It happened. You clearly told them not to put ketchup in the potted plants; you explained it will not make them turn red, or grow tomatoes; you made them recite the new house rule back to you every morning for a month: ‘I will not water the plants with ketchup’; but now it has happened for the eleventeenth time this week. So what should you do?
Reciting the house rules might sound like a confirmation they remember and understand them. It isn’t though. Depending on your child’s age, that recitation could have the exact same meaning as the list of ingredients on the side of the bottle. 1For clarity ketchup is tomatoes, vinegar, sugar and spices in some proportion, and it is not likely to hurt your plants
If you said it’s time for discipline, you’d be right. However let’s take a closer look at what discipline really is, because discipline does not automatically mean punishment. Behavioral training comes in two flavors of two types (so that’s four possibilities). The flavors are Positive (meaning to add a stimulus), and Negative (meaning to remove a stimulus). No matter what kind or kinds of discipline you choose, one thing always remains:
You must consistently identify the target behaviorThat consistency is not related to the four types of modification below
Consistency is the key, but without consistently identifying the behaviors you want to see in your children, then you will never be able to consistently provide the correct discipline. The consistent application of discipline has to be consistent from your child’s point of view. So what kind of diciplines are there?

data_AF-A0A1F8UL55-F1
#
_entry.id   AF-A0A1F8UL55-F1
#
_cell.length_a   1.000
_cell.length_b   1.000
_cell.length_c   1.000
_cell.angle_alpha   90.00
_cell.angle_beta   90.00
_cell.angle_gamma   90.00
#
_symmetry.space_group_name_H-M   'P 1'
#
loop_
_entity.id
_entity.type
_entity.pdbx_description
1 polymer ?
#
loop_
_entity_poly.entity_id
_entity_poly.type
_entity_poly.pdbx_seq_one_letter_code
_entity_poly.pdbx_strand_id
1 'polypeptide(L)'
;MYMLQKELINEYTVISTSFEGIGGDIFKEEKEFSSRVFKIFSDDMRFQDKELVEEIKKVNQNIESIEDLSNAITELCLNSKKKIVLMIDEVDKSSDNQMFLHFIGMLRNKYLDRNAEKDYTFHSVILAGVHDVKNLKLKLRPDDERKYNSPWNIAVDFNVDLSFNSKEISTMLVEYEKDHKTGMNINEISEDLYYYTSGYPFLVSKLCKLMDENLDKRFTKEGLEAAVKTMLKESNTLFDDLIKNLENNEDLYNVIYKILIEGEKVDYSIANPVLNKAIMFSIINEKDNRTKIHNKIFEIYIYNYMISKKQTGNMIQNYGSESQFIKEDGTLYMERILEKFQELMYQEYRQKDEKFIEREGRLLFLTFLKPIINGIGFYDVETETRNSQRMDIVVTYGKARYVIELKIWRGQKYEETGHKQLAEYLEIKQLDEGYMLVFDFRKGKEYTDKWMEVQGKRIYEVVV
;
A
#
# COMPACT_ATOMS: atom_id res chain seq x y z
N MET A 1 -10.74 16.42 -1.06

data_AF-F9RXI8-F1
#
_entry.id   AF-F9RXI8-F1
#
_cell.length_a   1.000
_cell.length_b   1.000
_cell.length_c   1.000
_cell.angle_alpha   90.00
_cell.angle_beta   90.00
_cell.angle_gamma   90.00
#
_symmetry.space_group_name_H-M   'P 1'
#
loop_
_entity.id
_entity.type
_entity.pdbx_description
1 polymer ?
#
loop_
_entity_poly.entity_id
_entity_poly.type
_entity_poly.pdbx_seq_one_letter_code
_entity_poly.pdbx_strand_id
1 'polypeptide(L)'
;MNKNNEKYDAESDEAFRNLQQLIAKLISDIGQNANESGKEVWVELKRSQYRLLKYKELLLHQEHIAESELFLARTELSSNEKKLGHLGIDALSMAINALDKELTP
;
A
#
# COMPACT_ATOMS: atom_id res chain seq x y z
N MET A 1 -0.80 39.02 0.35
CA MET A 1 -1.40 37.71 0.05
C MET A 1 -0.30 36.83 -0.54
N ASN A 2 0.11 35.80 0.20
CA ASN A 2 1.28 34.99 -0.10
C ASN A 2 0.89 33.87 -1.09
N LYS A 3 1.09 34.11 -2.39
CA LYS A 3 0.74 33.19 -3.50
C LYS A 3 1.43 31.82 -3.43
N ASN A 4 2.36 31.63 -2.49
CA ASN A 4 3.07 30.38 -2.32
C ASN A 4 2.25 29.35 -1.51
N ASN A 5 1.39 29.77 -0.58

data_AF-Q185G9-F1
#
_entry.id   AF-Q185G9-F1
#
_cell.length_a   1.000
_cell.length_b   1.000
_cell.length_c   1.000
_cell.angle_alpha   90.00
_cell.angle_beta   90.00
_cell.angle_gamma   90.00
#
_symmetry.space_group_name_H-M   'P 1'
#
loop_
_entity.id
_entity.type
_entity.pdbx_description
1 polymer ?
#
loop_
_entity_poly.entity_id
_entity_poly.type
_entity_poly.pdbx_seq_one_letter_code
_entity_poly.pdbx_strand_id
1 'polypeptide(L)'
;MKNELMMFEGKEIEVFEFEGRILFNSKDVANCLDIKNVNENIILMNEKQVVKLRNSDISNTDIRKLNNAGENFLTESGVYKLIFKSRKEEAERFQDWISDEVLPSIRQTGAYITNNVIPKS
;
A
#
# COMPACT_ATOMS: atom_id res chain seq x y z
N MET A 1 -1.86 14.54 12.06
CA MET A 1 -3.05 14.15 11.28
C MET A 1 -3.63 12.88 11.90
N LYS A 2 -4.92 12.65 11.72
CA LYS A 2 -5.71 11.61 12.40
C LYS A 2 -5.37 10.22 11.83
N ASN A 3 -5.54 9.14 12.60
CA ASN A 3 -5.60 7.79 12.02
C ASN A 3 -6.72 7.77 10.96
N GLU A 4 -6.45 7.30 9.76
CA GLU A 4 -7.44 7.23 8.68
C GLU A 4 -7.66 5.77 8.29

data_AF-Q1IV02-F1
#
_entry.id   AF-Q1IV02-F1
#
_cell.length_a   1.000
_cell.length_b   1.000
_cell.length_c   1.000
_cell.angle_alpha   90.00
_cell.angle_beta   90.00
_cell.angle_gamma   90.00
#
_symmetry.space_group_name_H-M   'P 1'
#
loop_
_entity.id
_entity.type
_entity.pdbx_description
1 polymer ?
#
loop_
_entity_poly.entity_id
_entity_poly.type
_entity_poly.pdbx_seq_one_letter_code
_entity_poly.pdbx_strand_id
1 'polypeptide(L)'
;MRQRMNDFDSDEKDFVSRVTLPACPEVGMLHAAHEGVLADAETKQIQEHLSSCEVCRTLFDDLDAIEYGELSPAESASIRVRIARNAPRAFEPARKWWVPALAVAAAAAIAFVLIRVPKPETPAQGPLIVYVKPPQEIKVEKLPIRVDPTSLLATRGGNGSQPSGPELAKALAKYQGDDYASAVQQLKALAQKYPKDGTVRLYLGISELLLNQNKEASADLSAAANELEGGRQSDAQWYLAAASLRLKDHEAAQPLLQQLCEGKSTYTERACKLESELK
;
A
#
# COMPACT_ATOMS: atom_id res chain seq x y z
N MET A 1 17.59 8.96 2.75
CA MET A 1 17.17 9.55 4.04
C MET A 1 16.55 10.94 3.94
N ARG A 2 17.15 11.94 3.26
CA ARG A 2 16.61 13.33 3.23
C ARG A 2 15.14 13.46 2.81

The first type is Reinforcement. Reinforcement, when done correctly and consistently, will result in a specific behavior happening more frequently in the future. The other type is Punishment. Punishment is when a consequence follows a behavior in order to decrease the frequency of that behavior in the future. 2https://www.parentingforbrain.com/classical-vs-operant-conditioning/
For each ‘A’ on a report card (behavior), Johnny gets $5 (reinforcing stimulus)
Johnny gets the cash as a reward for the behavior. This is the very simple do-something-good-get-a-treat method of training.
When Jenny eats 2 bites of broccoli (behavior), she can get up from the dinner table (removing averse stimulus)
Jenny doesn’t want to be at the table, so allowing her to get up after eating reinforces the behavior of eating your vegetables.
Timmy touches the hot stovetop (behavior) and feels pain (averse stimulus)
Getting burned by the stove will prevent Timmy from touching it in the future (and also viscerally understand why you keep telling him not to touch the stove).
Tammy fights with her sibling (behavior), and her favorite toy is taken away (reinforcing stimulus removed)
The favorite toy reinforces Tammy’s good behavior, so removing it as a consequence of bad behavior is negative punishment
These are all specific strategies that work as training methods, or disciplinary methonds. A mix of them are often used by parents, and they all have their place in successfully training a child. However, Experts agree that positive reinforcement has the best long-term outcomes3 https://www.psychestudy.com/behavioral/learning-memory/operant-conditioning/reinforcement-punishment/positive-negative-reinforcement. because reinforced good behaviors are more likely to displace bad behaviors. Eliminating bad behaviors simply leaves a psychological void that can be filled with either a new good behavior or another bad one.
Simply put, punishing bad behaviors does nothing to reinforce good behaviors. However, reinforcing good behaviors does not automatically reduce bad behaviors either. Punishment also is not always successful at eliminating the target behavior 4https://www.psychestudy.com/behavioral/learning-memory/operant-conditioning/reinforcement-punishment/positive-negative-punishment. Now the point should become clear:
Balance, as life, is needed in discpline